We are almost there...the finish line is in sight...the pot is almost at a boil...one number away from the jackpot! Our new home is 99.8 percent complete...only a few hookups and inspections to go and we close. There is a tiredness at the end of the run, as if every step is a major effort, yet we continue to plod on, to push through, and results happen. We admire the tenacity of our builder as she works with sub-contractors and inspectors to finish the job, and find strength within ourselves to soldier on until finally, there is the house. We move in.
This seven month building experience is like writing a novel. First is the foundation (the story itself), then the framing (the chapters of plot, character development), adding utilities, walls, paint, flooring...all similar to details, subplot and dialog. Every day the writer pushes through a new portion of the work at hand, whether drafting new pages, editing, inserting new thoughts, until finally, there is the book. We begin the agent, editing and publishing process.
Builders begin with a series of blueprints that may be modified along the way. Some writers have a chapter by chapter outline, or blueprint, if you will. I have the idea with no firm set of details...these are discovered along the way. Sort of like life...a general blueprint of where you want to go, what you want to do, all modified along the way with discovery, love, money or lack thereof, adventure, family...to blueprint or not to blueprint; that is the question.
Monday, July 8, 2013
My wife and I recently returned for a long-planned family vacation to the island of Hawaii. We saw many of the natural sites for which the largest island in the Hawaiian chain is noted – volcanoes, beaches, clear blue waters and inland water falls, and most notably, a tropical botanical garden with multiple plant species too numerous to count.
Imagine the excitement upon my return to receive an email from the Eleanor Brackenridge Literary Club of Edna notifying me that the club was recognized at the 116th Annual Spring Convention of the General Federation of Women’s Clubs (Texas) for receiving two District Awards in different categories. A portion of the nomination paperwork included a report of my visit on November 14, 2012, and was used to support the category award for Environment/Conservation and Education/Environment. It reads in part:
Ralph Waldo Emerson once said that “Talent alone cannot make a writer. There must be a man behind the book.” That man in this case, Lester Coalson, has a goal of his writing to include information that promotes the saving of our environment. From choosing settings to describe whose very existence means man must become involved for them to survive, to including characters who, although involved in a mystery, strive greatly toward preserving our natural resources. Mr. Coalson’s writing gripped the imaginations of the twelve members attending both as a local boy turned writer and as a man with a worthy purpose.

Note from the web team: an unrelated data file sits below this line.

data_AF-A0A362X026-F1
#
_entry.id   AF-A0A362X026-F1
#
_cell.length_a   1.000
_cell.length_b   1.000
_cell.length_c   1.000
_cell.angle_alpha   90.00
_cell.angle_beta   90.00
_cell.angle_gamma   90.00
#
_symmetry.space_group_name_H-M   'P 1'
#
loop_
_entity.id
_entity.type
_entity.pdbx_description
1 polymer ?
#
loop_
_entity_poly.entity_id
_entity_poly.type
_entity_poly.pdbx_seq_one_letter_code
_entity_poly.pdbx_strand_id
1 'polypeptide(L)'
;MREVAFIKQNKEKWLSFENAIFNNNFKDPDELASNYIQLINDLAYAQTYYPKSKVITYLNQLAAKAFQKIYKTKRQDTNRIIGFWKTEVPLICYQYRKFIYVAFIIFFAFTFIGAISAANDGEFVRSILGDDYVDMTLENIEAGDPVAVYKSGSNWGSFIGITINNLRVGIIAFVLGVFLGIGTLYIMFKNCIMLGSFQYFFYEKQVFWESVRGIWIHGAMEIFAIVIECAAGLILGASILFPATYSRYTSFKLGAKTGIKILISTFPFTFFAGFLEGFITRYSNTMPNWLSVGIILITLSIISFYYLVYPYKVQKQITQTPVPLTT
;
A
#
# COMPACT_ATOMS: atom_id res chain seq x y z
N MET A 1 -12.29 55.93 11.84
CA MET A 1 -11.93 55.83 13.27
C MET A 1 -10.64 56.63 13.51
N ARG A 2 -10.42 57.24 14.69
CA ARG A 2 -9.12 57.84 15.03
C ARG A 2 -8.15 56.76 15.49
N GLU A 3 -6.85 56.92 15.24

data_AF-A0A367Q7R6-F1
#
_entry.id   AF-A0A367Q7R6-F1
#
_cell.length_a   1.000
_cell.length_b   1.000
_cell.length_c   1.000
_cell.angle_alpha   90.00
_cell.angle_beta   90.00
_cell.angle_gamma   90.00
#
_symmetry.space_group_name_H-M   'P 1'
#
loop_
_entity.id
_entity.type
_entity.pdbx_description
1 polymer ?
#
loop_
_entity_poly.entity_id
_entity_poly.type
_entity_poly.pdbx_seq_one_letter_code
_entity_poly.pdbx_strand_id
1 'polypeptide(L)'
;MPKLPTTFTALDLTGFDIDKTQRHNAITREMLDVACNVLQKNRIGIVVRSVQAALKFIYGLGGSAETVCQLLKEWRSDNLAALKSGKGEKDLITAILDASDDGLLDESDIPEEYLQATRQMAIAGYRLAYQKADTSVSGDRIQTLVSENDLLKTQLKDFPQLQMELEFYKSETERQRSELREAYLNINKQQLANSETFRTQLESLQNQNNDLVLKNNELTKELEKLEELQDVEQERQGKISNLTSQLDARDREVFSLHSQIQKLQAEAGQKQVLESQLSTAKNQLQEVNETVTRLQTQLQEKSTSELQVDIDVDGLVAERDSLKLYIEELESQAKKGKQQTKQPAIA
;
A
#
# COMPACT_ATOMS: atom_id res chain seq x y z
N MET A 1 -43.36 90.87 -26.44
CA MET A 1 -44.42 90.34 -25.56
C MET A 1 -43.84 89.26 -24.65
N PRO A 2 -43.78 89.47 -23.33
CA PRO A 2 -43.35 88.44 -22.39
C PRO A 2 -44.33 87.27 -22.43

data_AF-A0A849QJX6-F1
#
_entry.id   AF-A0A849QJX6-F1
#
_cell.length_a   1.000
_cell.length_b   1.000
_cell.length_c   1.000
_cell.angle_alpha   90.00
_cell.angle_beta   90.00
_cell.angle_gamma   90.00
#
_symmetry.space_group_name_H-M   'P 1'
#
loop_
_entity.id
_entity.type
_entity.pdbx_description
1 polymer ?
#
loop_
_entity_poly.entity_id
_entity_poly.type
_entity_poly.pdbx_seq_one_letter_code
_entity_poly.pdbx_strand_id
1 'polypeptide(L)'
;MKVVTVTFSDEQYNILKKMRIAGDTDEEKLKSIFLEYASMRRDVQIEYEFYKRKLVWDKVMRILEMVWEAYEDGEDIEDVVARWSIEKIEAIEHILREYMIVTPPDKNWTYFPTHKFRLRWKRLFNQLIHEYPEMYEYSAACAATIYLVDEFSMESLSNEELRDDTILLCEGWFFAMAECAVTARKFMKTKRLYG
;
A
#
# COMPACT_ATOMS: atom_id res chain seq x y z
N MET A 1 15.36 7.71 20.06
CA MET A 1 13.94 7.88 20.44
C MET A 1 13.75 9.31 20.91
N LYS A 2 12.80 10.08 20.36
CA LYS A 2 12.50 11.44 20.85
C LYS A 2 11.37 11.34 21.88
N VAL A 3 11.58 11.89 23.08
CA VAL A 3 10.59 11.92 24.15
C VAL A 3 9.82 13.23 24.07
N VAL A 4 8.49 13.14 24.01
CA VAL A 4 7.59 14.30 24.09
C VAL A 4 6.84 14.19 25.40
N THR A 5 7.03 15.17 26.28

Additionally, his presentation featured a step-by-step guide through the rigors of obtaining a public forum for his work. How writers become published is very challenging indeed as explained by Lester Coalson. His books are now available as “e-books” as well, and this innovative literary aspect of publishing was very educational for the Eleanor Brackenridge Literary Club.
Mr. Coalson’s literary theme of saving the environment for the future brings to mind the words of the Federation Song: “Why stand we here today? Why but to make the way for hope’s glad feet. Bidding the world aspire to purer aims….”
The Texas Federation of Women’s Clubs (which is a member of the General Federation of Women’s Clubs) was established in 1897 and has provided a way for women to get together and go about the business of women; bettering themselves, their families, their communities, and the world.
The Federation website has a compelling history of the Women’s Clubs movement, boasting that 85 percent of public libraries in Texas were founded by women’s clubs. The social, educational and cultural impact of women moving into full citizenship and assuming mantels of leadership throughout the 19th and 20th centuries is also discussed. Visit http://www.texfwc.org for additional information.
Congratulations to Eleanor Brackenridge Literary Club for receiving State recognition for their efforts. For over 110 years this organization has existed to support scholastic achievement, citizenship and literature in the lives of the citizens of Jackson County and Texas.